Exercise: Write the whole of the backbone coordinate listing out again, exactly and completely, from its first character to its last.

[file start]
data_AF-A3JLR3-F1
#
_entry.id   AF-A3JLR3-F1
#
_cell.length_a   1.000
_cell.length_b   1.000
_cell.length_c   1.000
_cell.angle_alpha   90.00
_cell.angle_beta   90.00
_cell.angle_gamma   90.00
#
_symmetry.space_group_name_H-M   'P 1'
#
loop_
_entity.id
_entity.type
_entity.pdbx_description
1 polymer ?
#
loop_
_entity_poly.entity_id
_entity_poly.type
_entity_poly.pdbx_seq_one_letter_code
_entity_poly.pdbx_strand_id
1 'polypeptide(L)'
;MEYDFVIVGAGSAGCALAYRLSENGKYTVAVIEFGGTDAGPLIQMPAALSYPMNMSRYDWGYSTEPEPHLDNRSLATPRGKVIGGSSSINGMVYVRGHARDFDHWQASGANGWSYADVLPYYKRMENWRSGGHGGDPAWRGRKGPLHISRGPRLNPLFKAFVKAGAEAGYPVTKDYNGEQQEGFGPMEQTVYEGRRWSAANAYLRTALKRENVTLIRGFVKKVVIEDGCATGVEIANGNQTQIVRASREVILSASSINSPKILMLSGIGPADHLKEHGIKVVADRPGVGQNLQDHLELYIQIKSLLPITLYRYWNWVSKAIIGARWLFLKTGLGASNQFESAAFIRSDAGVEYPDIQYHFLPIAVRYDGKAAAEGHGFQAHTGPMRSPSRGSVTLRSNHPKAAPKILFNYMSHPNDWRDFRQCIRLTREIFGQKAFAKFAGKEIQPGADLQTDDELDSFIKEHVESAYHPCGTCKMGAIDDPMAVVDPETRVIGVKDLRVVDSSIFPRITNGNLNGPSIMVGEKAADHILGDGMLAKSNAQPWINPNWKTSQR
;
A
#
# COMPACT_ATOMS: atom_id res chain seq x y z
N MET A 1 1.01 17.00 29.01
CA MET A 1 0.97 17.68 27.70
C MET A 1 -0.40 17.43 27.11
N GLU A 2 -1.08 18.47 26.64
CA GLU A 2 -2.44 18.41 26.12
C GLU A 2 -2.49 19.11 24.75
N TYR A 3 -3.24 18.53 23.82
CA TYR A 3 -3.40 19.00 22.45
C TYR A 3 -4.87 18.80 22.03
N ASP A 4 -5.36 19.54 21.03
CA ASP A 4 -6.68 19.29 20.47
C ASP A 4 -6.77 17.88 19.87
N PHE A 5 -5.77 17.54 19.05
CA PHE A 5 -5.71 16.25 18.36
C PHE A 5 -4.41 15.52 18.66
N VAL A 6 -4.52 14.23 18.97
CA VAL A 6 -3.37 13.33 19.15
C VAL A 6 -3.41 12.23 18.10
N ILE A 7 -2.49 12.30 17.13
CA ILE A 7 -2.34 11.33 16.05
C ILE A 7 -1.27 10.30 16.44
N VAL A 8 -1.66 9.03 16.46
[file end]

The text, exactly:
data_AF-A3JLR3-F1
#
_entry.id   AF-A3JLR3-F1
#
_cell.length_a   1.000
_cell.length_b   1.000
_cell.length_c   1.000
_cell.angle_alpha   90.00
_cell.angle_beta   90.00
_cell.angle_gamma   90.00
#
_symmetry.space_group_name_H-M   'P 1'
#
loop_
_entity.id
_entity.type
_entity.pdbx_description
1 polymer ?
#
loop_
_entity_poly.entity_id
_entity_poly.type
_entity_poly.pdbx_seq_one_letter_code
_entity_poly.pdbx_strand_id
1 'polypeptide(L)'
;MEYDFVIVGAGSAGCALAYRLSENGKYTVAVIEFGGTDAGPLIQMPAALSYPMNMSRYDWGYSTEPEPHLDNRSLATPRGKVIGGSSSINGMVYVRGHARDFDHWQASGANGWSYADVLPYYKRMENWRSGGHGGDPAWRGRKGPLHISRGPRLNPLFKAFVKAGAEAGYPVTKDYNGEQQEGFGPMEQTVYEGRRWSAANAYLRTALKRENVTLIRGFVKKVVIEDGCATGVEIANGNQTQIVRASREVILSASSINSPKILMLSGIGPADHLKEHGIKVVADRPGVGQNLQDHLELYIQIKSLLPITLYRYWNWVSKAIIGARWLFLKTGLGASNQFESAAFIRSDAGVEYPDIQYHFLPIAVRYDGKAAAEGHGFQAHTGPMRSPSRGSVTLRSNHPKAAPKILFNYMSHPNDWRDFRQCIRLTREIFGQKAFAKFAGKEIQPGADLQTDDELDSFIKEHVESAYHPCGTCKMGAIDDPMAVVDPETRVIGVKDLRVVDSSIFPRITNGNLNGPSIMVGEKAADHILGDGMLAKSNAQPWINPNWKTSQR
;
A
#
# COMPACT_ATOMS: atom_id res chain seq x y z
N MET A 1 1.01 17.00 29.01
CA MET A 1 0.97 17.68 27.70
C MET A 1 -0.40 17.43 27.11
N GLU A 2 -1.08 18.47 26.64
CA GLU A 2 -2.44 18.41 26.12
C GLU A 2 -2.49 19.11 24.75
N TYR A 3 -3.24 18.53 23.82
CA TYR A 3 -3.40 19.00 22.45
C TYR A 3 -4.87 18.80 22.03
N ASP A 4 -5.36 19.54 21.03
CA ASP A 4 -6.68 19.29 20.47
C ASP A 4 -6.77 17.88 19.87
N PHE A 5 -5.77 17.54 19.05
CA PHE A 5 -5.71 16.25 18.36
C PHE A 5 -4.41 15.52 18.66
N VAL A 6 -4.52 14.23 18.97
CA VAL A 6 -3.37 13.33 19.15
C VAL A 6 -3.41 12.23 18.10
N ILE A 7 -2.49 12.30 17.13
CA ILE A 7 -2.34 11.33 16.05
C ILE A 7 -1.27 10.30 16.44
N VAL A 8 -1.66 9.03 16.46